Gina Carbajal development director with Special Olympics of Santa Barbara County. | Credit: Paul Wellman

“What I love about our athletes is that they’re so excited about participating in our activities,” says Gina Carbajal about Special Olympics Santa Barbara. “They’re such a great group of individuals in our community. There’s such a pureness to them.”   

Special Olympics is the world’s largest sports organization for people with intellectual disabilities, and its mission is to transform lives through the joy of sports. They offer  training opportunities in an inclusive culture that stresses athletic excellence, rewards determination, emphasizes health, and celebrates personal achievement.    

Gina is the development director of the Santa Barbara region, which includes Santa Barbara, Montecito, Summerland, Carpinteria, Gaviota, Isla Vista, and UCSB. The organization works closely with law enforcement for its fundraising, hosting doing events like “Tip A Cop,” where officers serve as celebrity waiters at restaurants and they donate all the tips they receive to Special Olympics.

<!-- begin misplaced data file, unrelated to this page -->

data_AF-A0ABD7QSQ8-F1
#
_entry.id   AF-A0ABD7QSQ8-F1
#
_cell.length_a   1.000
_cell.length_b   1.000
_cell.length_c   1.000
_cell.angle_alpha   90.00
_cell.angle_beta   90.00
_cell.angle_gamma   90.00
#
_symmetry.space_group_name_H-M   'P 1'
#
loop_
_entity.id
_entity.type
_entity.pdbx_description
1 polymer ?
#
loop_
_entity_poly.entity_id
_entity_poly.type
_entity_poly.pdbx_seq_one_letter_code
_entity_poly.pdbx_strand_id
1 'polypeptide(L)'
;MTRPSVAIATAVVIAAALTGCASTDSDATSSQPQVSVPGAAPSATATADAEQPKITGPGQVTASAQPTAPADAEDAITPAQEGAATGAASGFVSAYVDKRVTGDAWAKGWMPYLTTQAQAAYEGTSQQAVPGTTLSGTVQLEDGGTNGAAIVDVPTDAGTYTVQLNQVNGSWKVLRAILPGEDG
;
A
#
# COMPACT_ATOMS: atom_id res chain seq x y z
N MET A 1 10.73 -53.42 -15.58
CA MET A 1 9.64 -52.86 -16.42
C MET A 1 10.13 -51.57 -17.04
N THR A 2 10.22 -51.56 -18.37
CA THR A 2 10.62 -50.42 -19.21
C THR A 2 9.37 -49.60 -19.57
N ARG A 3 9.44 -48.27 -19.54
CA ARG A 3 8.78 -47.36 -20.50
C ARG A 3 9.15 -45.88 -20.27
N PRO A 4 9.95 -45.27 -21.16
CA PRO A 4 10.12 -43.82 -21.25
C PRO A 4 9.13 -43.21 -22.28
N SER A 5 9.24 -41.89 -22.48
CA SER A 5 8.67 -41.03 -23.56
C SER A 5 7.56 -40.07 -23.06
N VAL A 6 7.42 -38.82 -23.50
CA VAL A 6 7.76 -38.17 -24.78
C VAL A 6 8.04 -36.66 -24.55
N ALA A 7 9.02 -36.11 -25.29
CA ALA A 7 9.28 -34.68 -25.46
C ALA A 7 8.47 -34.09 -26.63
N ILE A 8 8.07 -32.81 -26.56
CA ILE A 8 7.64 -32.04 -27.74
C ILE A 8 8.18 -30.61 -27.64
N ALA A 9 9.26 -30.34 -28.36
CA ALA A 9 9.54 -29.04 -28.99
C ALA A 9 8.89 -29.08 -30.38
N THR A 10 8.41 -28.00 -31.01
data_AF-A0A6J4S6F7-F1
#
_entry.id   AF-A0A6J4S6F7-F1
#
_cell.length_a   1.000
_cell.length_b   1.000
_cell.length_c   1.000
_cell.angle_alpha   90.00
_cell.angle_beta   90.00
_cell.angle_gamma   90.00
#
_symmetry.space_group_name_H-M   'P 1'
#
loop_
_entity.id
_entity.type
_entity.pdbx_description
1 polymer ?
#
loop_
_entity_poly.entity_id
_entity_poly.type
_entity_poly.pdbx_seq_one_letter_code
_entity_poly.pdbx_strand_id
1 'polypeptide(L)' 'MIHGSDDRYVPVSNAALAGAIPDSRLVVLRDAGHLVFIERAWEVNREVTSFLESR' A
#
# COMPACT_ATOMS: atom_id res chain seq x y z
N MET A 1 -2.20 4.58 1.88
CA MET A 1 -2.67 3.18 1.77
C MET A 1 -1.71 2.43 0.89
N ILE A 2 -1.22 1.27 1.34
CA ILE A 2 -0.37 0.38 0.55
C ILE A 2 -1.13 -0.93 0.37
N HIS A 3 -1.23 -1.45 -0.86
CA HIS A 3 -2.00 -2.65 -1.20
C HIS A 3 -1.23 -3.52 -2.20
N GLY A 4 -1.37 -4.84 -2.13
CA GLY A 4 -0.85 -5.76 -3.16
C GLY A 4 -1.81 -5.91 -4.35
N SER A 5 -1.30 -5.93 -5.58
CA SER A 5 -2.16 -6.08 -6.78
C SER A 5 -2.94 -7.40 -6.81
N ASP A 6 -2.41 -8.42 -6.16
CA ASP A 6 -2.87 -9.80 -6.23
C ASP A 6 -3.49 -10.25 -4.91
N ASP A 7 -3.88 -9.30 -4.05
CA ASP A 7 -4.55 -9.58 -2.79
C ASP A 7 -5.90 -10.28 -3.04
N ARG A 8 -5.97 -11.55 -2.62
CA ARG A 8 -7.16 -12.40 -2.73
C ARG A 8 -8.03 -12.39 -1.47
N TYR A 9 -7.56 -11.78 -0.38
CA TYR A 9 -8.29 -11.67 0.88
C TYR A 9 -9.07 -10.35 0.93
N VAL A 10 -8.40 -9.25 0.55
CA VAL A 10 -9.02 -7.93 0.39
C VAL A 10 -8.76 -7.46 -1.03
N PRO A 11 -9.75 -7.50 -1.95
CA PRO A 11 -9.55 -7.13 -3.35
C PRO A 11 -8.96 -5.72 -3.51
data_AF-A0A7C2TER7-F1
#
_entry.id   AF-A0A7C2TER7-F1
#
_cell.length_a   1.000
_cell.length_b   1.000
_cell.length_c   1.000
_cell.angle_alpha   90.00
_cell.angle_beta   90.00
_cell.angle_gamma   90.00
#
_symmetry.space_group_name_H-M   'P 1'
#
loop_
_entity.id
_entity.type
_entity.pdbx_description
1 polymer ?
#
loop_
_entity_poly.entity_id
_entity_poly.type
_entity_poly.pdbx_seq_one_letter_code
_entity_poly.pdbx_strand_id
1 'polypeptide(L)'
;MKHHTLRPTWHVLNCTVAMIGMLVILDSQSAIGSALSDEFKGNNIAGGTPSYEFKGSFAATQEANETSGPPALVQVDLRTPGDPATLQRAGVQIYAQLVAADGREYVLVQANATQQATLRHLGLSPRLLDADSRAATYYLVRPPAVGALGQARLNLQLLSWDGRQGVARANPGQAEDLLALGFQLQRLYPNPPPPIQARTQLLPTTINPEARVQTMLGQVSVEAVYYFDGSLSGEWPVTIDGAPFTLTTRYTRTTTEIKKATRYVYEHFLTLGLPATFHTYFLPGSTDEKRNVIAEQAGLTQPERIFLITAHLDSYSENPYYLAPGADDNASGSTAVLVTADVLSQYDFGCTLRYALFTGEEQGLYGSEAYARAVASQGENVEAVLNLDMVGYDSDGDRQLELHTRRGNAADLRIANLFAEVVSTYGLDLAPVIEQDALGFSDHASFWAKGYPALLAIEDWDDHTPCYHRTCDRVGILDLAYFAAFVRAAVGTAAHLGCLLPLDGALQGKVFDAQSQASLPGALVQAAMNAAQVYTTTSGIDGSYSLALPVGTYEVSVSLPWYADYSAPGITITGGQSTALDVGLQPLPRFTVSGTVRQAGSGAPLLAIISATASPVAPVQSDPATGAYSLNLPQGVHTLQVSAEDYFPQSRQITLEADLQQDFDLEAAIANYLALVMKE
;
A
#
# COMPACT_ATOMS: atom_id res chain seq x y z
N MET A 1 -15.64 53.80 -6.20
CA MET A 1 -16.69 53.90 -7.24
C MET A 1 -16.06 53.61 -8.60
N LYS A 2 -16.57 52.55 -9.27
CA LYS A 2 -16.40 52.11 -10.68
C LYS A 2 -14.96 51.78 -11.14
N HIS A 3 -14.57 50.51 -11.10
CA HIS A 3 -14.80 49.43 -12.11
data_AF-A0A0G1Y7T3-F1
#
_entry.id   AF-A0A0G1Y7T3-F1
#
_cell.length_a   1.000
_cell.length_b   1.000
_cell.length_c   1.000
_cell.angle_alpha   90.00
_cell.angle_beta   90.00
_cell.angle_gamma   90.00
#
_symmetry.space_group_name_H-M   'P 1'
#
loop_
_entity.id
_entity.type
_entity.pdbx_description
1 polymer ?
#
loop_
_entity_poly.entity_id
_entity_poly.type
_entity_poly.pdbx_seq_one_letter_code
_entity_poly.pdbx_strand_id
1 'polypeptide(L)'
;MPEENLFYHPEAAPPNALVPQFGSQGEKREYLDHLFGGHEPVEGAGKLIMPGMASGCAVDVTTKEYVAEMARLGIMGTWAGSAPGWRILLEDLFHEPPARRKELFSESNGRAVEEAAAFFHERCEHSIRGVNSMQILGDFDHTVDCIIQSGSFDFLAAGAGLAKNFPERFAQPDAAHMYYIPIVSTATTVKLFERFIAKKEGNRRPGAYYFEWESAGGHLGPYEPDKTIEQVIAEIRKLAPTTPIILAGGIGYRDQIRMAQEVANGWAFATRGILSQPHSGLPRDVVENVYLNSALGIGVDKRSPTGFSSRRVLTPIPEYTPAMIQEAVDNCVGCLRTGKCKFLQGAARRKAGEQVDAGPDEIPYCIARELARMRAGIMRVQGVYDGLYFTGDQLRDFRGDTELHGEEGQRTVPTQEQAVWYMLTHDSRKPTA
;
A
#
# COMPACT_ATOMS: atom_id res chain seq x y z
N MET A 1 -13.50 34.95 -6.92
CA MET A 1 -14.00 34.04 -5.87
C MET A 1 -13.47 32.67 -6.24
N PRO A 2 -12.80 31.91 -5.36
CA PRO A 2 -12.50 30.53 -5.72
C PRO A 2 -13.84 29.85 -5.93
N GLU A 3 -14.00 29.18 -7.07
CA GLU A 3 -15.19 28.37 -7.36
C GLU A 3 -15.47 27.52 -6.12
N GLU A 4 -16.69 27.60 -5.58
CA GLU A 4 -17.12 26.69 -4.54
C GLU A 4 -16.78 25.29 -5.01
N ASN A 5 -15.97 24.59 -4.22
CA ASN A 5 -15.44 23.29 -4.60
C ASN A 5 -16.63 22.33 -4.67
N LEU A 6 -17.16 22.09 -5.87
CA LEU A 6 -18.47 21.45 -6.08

“Law enforcement has been a part of our organization for 36 years,” Gina explains. “They’re our largest fundraising entity worldwide.”  

More than five years ago, she also got firefighters involved in their annual “Polar Plunge.” After the event, as the firefighters helped her pack up, she raised the idea of doing a bigger fundraiser with them.  

“They didn’t stop and think, they said, ‘Yes,’” says Gina, so they launched a fundraiser called “Fired Up for Special Olympics.” This past October 19, the fifth annual Fired Up barbecue took place, hosted by firefighters from both the City and County of Santa Barbara.